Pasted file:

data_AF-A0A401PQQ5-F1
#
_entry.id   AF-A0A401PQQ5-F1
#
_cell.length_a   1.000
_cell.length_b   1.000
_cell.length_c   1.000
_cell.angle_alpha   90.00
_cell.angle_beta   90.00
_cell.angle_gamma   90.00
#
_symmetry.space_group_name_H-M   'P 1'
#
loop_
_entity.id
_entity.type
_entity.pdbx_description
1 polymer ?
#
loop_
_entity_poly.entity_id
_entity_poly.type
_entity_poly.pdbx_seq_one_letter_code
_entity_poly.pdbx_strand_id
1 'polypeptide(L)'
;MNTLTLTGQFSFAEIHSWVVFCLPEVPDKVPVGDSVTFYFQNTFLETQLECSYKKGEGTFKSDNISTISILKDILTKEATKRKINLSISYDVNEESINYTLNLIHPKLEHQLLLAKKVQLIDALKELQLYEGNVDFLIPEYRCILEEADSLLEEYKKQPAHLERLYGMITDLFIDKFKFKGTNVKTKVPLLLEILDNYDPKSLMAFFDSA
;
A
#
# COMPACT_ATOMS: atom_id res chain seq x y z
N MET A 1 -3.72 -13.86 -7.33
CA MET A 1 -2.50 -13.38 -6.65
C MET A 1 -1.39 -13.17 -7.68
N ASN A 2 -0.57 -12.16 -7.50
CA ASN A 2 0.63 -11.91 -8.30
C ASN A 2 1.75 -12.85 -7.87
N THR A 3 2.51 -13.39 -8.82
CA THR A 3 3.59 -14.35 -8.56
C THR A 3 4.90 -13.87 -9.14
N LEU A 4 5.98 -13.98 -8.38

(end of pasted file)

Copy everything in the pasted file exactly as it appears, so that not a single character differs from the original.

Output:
data_AF-A0A401PQQ5-F1
#
_entry.id   AF-A0A401PQQ5-F1
#
_cell.length_a   1.000
_cell.length_b   1.000
_cell.length_c   1.000
_cell.angle_alpha   90.00
_cell.angle_beta   90.00
_cell.angle_gamma   90.00
#
_symmetry.space_group_name_H-M   'P 1'
#
loop_
_entity.id
_entity.type
_entity.pdbx_description
1 polymer ?
#
loop_
_entity_poly.entity_id
_entity_poly.type
_entity_poly.pdbx_seq_one_letter_code
_entity_poly.pdbx_strand_id
1 'polypeptide(L)'
;MNTLTLTGQFSFAEIHSWVVFCLPEVPDKVPVGDSVTFYFQNTFLETQLECSYKKGEGTFKSDNISTISILKDILTKEATKRKINLSISYDVNEESINYTLNLIHPKLEHQLLLAKKVQLIDALKELQLYEGNVDFLIPEYRCILEEADSLLEEYKKQPAHLERLYGMITDLFIDKFKFKGTNVKTKVPLLLEILDNYDPKSLMAFFDSA
;
A
#
# COMPACT_ATOMS: atom_id res chain seq x y z
N MET A 1 -3.72 -13.86 -7.33
CA MET A 1 -2.50 -13.38 -6.65
C MET A 1 -1.39 -13.17 -7.68
N ASN A 2 -0.57 -12.16 -7.50
CA ASN A 2 0.63 -11.91 -8.30
C ASN A 2 1.75 -12.85 -7.87
N THR A 3 2.51 -13.39 -8.82
CA THR A 3 3.59 -14.35 -8.56
C THR A 3 4.90 -13.87 -9.14
N LEU A 4 5.98 -13.98 -8.38